So, I thought I would share.

Tim Hunter

Let’s get political, political…

Yes, I’m going to take a gingerly stroll down this topic on the eve of those infamous mid-term elections.

No preaching, no secret agenda. You see, I’m old enough to remember when people could actually DISCUSS politics, without one thinking the other was a monster for having an opposite view. Flashing back 60 years ago when I was a kid, I recall my parents having friends over and them discussing the upcoming presidential election. (Gee, that would have made me 5-years-old) The phrase that stuck in my brain was, “Someone said that if Kennedy’s elected, he’ll have us all praying to Mary!” (Kennedy was a Roman Catholic. You know, the ones who wore togas)

Zip back a mere 40 years, and I can still see news coverage of President Ronald Reagan having beers with House Speaker “Tip” O’Neal. Yes, a Republican and Democrat, with serious political differences, but remembering the important thing: we’re all still Americans.

What the hell happened and why did we let it get this way?

I have my political beliefs, you have yours. I respect that. I’m not going to try to change your mind and I guarantee you won’t change mine, but that’s OK. Politics is only a part of who we are, it determines our future as a group and the kind of country we live in and will leave for the next generation. But it’s sad how it has become less about philosophy and debate, and more about marketing and manipulation.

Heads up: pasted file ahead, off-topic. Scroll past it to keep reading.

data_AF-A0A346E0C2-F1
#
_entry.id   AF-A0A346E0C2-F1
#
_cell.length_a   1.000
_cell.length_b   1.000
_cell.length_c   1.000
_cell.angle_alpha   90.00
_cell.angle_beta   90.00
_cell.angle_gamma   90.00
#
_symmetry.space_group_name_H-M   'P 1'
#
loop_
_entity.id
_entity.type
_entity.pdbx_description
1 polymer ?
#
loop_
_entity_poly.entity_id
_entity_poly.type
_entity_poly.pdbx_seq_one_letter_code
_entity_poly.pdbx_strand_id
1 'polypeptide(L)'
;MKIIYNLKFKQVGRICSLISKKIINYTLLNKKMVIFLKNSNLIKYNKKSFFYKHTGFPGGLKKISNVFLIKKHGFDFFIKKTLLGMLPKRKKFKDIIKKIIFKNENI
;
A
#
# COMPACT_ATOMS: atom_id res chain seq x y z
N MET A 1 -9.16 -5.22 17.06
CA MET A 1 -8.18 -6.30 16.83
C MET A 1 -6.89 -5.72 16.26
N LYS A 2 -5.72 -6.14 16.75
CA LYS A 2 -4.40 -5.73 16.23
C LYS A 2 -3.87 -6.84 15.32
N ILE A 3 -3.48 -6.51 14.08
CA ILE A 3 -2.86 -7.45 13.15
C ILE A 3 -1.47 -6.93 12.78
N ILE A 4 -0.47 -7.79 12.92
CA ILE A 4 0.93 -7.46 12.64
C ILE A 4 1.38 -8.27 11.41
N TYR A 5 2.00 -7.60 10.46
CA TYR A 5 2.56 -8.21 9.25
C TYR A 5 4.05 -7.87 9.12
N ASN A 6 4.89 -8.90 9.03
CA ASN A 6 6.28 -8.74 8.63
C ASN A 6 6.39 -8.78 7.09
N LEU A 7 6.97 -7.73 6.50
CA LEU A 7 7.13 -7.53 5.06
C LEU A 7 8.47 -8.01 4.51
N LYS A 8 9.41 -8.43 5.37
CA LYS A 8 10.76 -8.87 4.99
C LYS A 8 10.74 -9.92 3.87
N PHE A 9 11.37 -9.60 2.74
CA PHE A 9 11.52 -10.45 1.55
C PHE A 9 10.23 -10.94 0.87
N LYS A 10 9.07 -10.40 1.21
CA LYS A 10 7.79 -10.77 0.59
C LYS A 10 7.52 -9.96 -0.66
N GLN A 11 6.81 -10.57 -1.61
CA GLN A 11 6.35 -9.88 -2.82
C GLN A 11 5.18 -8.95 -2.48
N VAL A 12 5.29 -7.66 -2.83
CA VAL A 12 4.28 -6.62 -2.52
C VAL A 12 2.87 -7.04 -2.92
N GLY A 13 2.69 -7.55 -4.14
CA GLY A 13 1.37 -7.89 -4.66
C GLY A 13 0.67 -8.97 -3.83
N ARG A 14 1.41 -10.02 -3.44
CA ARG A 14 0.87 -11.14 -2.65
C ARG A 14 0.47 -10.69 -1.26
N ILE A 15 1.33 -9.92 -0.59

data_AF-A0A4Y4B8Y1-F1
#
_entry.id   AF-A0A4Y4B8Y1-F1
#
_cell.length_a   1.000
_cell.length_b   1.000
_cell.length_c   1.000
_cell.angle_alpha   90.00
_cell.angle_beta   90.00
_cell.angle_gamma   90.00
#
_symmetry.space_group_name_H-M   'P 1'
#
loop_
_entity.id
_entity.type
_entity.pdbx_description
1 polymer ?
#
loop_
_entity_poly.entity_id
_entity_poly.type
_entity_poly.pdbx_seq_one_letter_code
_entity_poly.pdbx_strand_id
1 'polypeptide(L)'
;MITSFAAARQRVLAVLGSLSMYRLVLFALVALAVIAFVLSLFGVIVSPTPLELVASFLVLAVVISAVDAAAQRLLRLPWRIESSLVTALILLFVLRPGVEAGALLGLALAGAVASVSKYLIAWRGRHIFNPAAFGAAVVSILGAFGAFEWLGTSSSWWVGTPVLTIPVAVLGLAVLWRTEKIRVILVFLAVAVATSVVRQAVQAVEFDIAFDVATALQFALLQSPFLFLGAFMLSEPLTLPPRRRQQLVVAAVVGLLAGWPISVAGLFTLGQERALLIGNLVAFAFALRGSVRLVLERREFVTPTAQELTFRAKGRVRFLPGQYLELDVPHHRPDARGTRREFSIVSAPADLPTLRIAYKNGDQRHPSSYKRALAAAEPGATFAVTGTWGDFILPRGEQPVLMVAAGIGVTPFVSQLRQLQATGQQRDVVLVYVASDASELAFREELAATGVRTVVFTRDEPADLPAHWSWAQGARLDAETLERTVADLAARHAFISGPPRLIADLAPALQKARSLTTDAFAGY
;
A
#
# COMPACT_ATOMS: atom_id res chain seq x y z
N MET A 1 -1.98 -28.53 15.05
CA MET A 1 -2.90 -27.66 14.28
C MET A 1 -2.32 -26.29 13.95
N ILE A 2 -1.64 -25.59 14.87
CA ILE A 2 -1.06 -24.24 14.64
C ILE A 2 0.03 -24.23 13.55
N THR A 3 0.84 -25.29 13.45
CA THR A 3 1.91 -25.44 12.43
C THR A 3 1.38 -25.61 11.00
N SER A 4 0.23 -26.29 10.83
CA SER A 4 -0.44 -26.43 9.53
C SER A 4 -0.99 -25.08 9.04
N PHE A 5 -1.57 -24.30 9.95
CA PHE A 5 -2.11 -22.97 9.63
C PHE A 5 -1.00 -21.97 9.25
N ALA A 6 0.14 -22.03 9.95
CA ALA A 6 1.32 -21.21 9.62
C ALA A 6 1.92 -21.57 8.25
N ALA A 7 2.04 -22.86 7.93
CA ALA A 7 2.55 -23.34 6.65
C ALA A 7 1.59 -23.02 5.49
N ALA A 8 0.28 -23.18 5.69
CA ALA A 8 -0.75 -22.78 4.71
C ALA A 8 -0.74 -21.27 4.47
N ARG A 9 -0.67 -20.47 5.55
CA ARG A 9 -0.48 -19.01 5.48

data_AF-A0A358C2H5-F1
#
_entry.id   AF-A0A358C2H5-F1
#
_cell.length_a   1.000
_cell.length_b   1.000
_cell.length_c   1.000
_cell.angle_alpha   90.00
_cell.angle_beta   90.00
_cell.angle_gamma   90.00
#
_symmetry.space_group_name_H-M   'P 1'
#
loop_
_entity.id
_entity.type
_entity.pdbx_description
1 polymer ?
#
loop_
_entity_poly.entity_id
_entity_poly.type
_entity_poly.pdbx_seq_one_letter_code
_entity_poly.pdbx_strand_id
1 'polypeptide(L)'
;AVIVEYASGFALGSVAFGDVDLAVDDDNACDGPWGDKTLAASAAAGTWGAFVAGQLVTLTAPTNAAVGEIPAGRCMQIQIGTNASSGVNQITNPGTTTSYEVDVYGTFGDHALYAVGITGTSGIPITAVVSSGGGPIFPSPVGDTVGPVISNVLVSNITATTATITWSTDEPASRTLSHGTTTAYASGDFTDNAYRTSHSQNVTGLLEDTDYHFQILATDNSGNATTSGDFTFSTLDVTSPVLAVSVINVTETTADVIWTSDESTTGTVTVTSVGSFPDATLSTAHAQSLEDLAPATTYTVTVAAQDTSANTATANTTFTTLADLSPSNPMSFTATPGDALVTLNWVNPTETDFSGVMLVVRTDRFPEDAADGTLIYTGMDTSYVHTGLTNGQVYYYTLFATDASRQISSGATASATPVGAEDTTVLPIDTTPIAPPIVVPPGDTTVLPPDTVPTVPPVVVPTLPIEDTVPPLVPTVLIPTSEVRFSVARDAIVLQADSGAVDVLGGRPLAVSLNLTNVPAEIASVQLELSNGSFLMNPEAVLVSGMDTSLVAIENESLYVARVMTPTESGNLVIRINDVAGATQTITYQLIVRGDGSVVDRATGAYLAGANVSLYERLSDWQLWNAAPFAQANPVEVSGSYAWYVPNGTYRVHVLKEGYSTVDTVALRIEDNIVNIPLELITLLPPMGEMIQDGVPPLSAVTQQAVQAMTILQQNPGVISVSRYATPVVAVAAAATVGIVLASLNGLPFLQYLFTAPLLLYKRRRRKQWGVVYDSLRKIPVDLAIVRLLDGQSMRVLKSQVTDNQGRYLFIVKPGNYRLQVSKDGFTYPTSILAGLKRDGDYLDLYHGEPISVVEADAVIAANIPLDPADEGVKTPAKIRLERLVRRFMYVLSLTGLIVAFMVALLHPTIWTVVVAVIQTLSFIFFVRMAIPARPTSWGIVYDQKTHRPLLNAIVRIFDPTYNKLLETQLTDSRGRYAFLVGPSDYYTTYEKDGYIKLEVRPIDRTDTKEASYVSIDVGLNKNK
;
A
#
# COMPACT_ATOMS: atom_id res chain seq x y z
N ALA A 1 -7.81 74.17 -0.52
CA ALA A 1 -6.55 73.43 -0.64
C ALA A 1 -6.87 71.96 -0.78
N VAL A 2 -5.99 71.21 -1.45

As further proof I’m not trying to sway your vote, I’m posting this now. My ballot was filled out and mailed in two weeks ago. I have a feeling more and more people are getting it done early just to get it out of the way.

I’ve got a couple of videos I’d like to put on your radar. The first, this brilliant parody of a horror movie trailer about where the Democrats are when it comes to a future presidential candidate.

So much truth.

And another dose of truth for you here. This one touches on the blinders that some voters strap on and this preacher (yes, you will hear some preaching here) absolutely nails it. Thanks to sister Debbie for passing along.

But as I tell people I know who are freaking out about how these mid-term elections could go, we get the government we deserve. I hope for the best, but if we’re not bright enough to elect the right people, well, we’ll have to live with it.